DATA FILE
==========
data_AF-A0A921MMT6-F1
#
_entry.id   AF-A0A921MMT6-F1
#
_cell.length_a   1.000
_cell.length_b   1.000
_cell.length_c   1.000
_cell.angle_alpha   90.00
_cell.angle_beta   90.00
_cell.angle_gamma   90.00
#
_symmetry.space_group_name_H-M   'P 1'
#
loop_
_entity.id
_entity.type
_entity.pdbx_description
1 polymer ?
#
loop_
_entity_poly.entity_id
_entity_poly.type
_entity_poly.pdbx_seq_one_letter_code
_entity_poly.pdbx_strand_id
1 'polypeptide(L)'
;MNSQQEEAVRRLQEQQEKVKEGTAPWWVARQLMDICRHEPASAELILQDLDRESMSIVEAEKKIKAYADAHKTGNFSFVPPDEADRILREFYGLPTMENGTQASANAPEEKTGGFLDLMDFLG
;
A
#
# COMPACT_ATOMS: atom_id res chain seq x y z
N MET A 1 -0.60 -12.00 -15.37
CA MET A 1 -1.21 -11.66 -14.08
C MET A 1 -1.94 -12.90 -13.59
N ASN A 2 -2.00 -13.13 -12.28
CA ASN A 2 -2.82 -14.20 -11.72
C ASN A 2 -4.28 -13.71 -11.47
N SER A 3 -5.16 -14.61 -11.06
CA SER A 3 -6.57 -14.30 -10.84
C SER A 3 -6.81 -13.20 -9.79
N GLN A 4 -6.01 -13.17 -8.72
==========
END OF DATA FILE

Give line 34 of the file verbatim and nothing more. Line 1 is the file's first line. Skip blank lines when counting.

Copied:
N ASN A 2 -2.00 -13.13 -12.28